There were 1,244 patients enrolled overall, with 501 in the randomized trial and 743 in the observational cohort. By 4 years, 805 (65%) had undergone surgery. Ninety-six percent of patients (1,196) had completed at least one follow-up visit and were included in the analysis. Completeness of follow-up ranged from 87% at 6 weeks to 65% at 4 years. Details can be found in the primary analysis.2

Minimally Adjusted Analyses

All examined subgroups with the exception of patients without insurance had a significant surgical TE (Table 1). While patients without insurance had a TE of −7, indicating surgery was more effective than nonoperative treatment, this subgroup was quite small (n=38) and its TE was associated with a broad confidence interval that crossed zero (−16.9 – 2.9). The majority of variables were significantly associated with both surgical and nonoperative outcomes, with the direction of the association always being the same for both treatments (e.g. smokers had worse surgical and nonoperative outcomes but similar TE as non-smokers, Figure 1). Age greater than 41 years (TE −13.3 vs. −10.6 for age less than 41 years, p = 0.06), the absence of joint problems (TE −12.6 vs. −8.2 for the presence of joint problems, p = 0.01), a high school education or less (TE −16.1 vs. −10.7 vs. for at least some college, p = 0.001), no worker’s compensation (TE −12.6 vs. −9.0 for receiving or applying for worker’s compensation, p = 0.06), duration of symptoms for over 6 months (TE −14.7 vs. −11.5 for 6 weeks to 6 months vs. −9.9 for 6 weeks, p = 0.09, Figure 2), being married (TE −14.2 vs. −10.3 for divorced vs. −5.2 for single, p < 0.001), worsening symptom trend at baseline (TE −15.4 vs. −12.4 for getting better vs. −10.7 for unchanging, p = 0.02), and an MCS score of less than 35 (TE −13.9 vs. −11.0 for MCS above 35, p = 0.1) were associated with greater treatment effects of surgery.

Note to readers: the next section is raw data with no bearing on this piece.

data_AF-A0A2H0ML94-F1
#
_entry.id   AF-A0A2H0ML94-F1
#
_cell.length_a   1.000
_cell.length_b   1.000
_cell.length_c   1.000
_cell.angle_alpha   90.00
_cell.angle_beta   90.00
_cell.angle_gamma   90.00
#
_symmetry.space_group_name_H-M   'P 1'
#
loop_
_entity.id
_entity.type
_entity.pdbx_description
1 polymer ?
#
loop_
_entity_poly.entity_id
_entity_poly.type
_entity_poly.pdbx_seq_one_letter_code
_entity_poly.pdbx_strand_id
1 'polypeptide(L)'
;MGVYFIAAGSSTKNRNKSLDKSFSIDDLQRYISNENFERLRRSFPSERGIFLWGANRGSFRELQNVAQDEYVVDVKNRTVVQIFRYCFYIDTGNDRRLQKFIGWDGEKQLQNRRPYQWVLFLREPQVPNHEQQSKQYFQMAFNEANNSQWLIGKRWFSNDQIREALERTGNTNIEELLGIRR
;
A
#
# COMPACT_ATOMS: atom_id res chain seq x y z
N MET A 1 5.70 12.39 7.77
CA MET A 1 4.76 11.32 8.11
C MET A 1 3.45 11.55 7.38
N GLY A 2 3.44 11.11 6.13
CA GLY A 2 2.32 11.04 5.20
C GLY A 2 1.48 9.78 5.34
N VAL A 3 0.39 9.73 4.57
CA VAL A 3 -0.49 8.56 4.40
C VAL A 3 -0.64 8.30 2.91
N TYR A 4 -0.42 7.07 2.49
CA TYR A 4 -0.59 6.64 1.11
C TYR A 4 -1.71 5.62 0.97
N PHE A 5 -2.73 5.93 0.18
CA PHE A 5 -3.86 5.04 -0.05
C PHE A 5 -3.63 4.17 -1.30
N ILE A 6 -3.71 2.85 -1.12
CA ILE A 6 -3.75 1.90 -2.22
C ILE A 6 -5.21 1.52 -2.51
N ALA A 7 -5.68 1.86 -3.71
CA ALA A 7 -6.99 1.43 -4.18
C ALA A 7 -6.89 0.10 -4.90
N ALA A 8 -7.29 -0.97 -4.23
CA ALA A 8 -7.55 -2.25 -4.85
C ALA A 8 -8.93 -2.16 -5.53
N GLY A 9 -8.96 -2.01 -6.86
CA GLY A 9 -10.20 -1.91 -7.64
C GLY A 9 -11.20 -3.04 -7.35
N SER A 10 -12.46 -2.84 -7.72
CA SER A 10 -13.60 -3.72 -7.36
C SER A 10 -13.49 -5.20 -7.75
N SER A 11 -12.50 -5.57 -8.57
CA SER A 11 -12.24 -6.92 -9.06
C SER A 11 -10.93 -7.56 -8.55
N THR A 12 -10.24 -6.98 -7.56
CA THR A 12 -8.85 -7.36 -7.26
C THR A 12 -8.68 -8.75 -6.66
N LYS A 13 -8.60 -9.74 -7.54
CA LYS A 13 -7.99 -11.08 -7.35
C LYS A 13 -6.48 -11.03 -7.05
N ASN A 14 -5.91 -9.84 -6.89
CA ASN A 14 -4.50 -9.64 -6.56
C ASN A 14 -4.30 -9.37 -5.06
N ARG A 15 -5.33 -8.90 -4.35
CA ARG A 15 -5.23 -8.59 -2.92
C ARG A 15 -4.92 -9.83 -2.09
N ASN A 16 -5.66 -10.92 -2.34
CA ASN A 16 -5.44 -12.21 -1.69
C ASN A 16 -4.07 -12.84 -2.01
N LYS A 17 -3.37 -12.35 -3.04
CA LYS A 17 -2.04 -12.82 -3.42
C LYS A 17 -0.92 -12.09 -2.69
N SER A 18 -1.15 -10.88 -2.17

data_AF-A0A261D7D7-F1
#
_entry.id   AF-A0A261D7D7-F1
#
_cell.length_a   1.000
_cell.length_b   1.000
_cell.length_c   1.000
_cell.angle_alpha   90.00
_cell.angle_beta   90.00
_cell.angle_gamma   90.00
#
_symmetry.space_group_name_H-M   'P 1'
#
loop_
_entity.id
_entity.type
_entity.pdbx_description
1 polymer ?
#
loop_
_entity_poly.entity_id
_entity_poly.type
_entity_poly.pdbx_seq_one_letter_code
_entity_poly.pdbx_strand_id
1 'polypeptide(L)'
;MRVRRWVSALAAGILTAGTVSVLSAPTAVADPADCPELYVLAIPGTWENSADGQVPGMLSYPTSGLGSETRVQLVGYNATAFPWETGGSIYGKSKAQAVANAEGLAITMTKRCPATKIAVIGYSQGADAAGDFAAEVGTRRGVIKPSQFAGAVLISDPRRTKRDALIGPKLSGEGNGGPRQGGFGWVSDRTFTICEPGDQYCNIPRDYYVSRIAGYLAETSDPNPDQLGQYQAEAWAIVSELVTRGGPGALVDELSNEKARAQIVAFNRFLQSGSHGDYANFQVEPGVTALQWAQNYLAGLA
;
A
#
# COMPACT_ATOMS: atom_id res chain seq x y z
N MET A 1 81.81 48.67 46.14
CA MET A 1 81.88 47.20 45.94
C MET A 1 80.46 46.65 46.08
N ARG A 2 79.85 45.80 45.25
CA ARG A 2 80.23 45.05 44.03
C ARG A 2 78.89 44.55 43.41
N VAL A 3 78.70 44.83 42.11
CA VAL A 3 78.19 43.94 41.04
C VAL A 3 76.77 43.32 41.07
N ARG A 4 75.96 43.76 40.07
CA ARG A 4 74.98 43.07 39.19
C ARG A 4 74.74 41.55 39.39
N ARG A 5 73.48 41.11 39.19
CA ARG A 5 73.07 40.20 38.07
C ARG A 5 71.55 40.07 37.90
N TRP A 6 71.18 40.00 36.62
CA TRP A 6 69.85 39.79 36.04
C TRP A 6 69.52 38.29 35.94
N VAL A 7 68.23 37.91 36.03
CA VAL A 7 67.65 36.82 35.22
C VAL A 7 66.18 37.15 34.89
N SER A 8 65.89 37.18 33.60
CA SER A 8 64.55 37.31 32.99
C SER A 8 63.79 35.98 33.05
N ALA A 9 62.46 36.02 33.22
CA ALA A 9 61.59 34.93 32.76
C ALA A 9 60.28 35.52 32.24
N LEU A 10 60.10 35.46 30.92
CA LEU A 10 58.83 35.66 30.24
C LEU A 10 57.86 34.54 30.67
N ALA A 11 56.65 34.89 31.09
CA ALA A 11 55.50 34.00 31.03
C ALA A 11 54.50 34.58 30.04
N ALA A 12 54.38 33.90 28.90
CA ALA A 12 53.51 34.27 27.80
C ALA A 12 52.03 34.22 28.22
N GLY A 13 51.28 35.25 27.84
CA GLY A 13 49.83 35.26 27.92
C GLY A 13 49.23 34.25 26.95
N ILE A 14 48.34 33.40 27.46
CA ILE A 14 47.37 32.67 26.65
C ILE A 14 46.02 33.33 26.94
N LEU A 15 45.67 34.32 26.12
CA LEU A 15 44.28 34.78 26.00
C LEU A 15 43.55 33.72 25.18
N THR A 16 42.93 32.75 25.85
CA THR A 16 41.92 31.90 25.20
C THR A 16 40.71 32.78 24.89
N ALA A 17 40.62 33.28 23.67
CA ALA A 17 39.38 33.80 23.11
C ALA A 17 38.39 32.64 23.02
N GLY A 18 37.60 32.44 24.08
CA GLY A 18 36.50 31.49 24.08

Figure 1
This graph demonstrates that non-smokers improved more with surgery and non-operative treatment than smokers though had a similar TE. This pattern was observed for the majority of variables in the minimally adjusted analyses.